Emphasizing the importance of the joint exercise, Commander of the Maritime Combat Unit of the Eastern Fleet Command Commodore I.N.G. Ariawan noted that there must be good coordination in the field to obtain optimum results. 

(Reported by Edy M. Yakub/Edited by INE/KR-BSR/A014)
From Propapua
5) Answers to parliamentary questions in the Dutch Parliament about the violent arrest of two journalists in Papua
To the President of the Lower House of Dutch Parliament
the Hague, 29-5-2015,
I present you the answers to the written questions raised by the member De Roon about the violent arrest of two journalists in Papua. These questions were sent on May 8, 2015 with characteristic 2015Z08523.
The Minister of Foreign Affairs,
Bert Koenders
Have you taken note of the news that two Papuan journalists were
violently arrested by Indonesian security forces?
-How do you assess the assaulting and arresting of journalists attempting to do their work ?
-Are you prepared to seek clarification regarding the circumstances surrounding this event with the Indonesian authorities?
-What do the ongoing arrests of journalists in Papua mean for the
freedom of press in Indonesia?
Freedom of the press in Indonesia is generally high. In Papua and West Papua the handling of local journalists, however, remains an issue of concern, as shown by the arrest of the two journalists. One of the two journalists was allegedly wearing
a T-shirt that read "Free West Papua", and thus possibly taken for a supporter of one of the groups fighting for independence in Papua. Freedom of the press in Indonesia and in Papua in particular, has the continuous attention of the Dutch government.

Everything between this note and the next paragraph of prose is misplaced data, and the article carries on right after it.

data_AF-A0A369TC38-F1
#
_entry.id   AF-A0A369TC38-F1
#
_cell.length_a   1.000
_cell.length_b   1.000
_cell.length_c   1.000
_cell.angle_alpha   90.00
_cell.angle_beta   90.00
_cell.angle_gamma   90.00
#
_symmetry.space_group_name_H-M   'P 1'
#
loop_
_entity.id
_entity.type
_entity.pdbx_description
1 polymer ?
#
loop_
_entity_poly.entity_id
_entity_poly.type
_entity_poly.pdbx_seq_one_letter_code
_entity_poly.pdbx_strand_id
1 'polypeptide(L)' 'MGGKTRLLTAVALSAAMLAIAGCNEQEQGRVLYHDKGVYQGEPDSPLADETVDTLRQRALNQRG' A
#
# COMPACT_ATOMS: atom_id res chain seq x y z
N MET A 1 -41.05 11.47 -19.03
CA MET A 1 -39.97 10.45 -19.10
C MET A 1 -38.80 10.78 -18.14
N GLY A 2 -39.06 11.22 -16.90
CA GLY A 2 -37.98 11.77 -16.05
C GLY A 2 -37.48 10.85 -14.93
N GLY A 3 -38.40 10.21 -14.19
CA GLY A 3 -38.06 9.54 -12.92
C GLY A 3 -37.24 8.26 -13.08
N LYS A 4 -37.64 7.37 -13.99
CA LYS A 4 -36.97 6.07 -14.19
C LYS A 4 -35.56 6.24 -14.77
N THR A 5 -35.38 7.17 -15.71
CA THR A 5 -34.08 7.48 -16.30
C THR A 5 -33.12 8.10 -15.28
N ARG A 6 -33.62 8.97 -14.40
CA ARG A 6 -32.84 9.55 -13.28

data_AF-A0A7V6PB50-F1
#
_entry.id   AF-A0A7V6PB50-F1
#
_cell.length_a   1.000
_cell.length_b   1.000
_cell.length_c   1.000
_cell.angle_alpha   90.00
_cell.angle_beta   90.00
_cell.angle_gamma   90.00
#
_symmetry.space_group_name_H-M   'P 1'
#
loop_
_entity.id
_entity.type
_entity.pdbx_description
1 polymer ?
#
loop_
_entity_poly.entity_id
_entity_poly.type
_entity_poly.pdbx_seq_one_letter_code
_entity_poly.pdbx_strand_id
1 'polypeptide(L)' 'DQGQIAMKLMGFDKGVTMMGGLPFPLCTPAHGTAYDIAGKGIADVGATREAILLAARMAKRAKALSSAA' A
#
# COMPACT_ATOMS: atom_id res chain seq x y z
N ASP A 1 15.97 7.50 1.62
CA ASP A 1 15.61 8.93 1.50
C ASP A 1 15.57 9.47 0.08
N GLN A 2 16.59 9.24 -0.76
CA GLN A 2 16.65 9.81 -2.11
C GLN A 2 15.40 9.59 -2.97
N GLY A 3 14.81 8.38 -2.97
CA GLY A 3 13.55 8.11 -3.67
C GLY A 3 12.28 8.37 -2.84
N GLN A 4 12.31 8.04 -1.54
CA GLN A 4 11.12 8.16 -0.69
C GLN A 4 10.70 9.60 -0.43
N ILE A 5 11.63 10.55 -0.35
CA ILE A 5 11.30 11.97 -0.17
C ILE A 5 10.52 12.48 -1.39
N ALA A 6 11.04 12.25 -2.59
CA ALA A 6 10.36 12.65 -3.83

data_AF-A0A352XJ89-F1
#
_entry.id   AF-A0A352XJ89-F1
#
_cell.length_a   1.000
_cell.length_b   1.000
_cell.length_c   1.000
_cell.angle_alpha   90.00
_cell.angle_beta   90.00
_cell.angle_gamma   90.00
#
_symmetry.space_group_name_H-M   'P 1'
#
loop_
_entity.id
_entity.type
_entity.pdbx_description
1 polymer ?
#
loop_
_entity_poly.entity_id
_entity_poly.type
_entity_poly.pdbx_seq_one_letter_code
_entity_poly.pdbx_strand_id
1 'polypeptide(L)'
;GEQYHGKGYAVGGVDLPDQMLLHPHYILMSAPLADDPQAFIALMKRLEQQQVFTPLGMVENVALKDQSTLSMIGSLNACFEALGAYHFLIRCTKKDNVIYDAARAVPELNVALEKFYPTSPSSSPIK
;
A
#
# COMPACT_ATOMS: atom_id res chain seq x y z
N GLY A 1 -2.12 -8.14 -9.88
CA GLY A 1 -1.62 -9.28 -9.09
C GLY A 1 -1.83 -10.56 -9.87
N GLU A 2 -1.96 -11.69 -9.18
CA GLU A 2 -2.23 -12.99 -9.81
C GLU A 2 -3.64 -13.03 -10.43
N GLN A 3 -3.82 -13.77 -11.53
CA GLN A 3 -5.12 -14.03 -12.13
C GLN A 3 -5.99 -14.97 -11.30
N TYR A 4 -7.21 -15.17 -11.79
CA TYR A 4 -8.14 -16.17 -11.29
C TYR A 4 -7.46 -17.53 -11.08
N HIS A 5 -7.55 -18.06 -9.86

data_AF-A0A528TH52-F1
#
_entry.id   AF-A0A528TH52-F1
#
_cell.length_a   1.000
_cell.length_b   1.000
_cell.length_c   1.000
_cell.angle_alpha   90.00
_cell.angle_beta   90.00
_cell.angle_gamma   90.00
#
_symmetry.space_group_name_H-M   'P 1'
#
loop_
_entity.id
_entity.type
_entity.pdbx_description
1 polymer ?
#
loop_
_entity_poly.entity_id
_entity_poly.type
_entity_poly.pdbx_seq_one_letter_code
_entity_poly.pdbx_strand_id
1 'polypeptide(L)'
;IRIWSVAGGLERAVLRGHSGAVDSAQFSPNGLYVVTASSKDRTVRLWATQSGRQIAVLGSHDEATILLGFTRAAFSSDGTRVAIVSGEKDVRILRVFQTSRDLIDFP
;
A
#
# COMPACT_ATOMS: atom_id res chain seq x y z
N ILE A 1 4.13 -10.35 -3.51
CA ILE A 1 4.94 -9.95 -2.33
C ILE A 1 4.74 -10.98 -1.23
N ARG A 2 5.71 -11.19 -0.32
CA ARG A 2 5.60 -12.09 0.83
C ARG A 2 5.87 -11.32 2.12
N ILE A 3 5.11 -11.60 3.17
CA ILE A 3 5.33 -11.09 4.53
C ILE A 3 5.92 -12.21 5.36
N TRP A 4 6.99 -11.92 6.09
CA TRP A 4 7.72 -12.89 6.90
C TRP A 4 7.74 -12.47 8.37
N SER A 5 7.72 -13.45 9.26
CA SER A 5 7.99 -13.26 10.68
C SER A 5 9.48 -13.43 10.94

Can you indicate whether you see improvement in the relationship between the Indonesian authorities and the indigenous Papuan population since the election of President
Joko Widodo?
For the second times since taking office in October 2014, president Widodo visited the provinces of Papua and West Papua on the weekend of 9-10 May this year. Doing so, president Widodo has announced some encouraging steps that should contribute to a better understanding. One of which was to give pardons to five political prisoners who previously were sentenced to prison terms ranging from 20 years to life. The president also spoke about the possibility that other political prisoners will be released. He also stated that for foreign journalists visiting Papua
and West Papua nowadays, the same rules apply as for the rest of Indonesia. This is something that has been repeatedly advocated for by the Netherlands towords the Indonesian authorities, most recently during the official consultations with
Indonesia on 17 March. With this, follow up was also given to the motion of the members De Roon and Wilders (II, 34 000 V, no. 24) of equal scope.
Do you agree that human rights training through community policing programs are of little effect in improving the relationship between police and local communities? If not, why not?